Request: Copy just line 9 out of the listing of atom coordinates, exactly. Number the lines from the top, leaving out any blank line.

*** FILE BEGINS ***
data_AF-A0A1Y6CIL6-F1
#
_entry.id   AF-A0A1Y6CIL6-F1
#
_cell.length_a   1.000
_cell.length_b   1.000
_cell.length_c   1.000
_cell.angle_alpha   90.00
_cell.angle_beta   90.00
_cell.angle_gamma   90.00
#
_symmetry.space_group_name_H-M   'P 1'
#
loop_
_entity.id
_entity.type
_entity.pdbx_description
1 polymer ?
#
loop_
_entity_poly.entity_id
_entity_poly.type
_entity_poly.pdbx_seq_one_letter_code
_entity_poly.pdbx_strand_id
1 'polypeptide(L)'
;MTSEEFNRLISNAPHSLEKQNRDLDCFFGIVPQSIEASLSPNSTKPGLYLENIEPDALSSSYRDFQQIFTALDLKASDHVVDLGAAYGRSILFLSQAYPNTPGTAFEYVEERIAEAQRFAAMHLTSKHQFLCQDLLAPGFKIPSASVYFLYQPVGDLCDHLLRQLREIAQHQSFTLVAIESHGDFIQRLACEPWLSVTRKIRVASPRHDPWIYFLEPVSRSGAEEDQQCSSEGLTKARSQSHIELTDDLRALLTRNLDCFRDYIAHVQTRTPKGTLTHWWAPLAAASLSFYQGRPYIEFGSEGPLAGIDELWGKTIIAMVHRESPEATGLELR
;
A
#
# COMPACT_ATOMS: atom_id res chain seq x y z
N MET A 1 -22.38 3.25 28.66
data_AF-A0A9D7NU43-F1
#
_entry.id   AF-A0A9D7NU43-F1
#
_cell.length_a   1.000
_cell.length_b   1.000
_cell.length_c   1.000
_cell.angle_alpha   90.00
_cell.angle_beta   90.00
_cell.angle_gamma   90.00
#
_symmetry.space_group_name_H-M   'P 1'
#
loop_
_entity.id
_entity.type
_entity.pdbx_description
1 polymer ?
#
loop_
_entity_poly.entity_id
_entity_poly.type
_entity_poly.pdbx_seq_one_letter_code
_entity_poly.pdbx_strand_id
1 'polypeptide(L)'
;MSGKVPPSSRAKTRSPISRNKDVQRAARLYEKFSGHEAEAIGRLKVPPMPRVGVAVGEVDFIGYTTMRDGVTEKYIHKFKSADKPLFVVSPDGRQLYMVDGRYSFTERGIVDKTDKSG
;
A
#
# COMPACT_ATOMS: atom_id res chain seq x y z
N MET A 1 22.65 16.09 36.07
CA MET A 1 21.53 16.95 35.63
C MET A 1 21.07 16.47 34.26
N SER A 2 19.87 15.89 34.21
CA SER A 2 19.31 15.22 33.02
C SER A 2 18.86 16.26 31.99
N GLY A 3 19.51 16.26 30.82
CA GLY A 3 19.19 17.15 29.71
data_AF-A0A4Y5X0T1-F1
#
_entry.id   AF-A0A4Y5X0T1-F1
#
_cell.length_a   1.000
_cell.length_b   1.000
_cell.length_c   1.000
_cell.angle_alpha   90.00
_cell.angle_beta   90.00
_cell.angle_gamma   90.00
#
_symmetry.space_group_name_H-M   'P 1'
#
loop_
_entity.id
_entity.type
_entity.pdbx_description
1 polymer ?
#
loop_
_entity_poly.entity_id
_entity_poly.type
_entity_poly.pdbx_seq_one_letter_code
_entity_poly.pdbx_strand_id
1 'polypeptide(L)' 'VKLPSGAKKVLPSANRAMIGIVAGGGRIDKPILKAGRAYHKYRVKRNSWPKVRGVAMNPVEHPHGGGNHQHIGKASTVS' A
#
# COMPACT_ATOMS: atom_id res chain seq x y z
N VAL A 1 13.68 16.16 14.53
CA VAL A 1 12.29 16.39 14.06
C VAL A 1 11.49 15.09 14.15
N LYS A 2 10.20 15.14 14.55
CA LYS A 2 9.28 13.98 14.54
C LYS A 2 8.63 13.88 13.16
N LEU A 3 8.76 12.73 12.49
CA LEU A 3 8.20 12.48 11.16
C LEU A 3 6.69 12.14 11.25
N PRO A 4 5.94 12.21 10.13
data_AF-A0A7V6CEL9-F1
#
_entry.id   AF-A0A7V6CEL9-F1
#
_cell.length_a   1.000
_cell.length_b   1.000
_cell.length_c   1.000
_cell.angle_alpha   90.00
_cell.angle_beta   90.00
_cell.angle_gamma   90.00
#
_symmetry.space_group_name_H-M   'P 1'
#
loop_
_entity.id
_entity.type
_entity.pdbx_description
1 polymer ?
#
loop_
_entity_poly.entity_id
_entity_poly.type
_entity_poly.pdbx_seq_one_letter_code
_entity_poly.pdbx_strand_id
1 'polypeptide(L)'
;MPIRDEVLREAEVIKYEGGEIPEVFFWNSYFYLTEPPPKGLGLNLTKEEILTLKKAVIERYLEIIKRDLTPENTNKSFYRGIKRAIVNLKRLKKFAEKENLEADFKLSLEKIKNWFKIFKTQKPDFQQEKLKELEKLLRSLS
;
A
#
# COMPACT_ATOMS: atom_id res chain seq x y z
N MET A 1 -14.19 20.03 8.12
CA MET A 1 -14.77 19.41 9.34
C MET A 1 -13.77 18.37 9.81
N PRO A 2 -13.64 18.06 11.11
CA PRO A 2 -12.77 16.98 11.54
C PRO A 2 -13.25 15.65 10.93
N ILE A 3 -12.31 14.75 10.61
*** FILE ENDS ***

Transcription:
_cell.angle_beta   90.00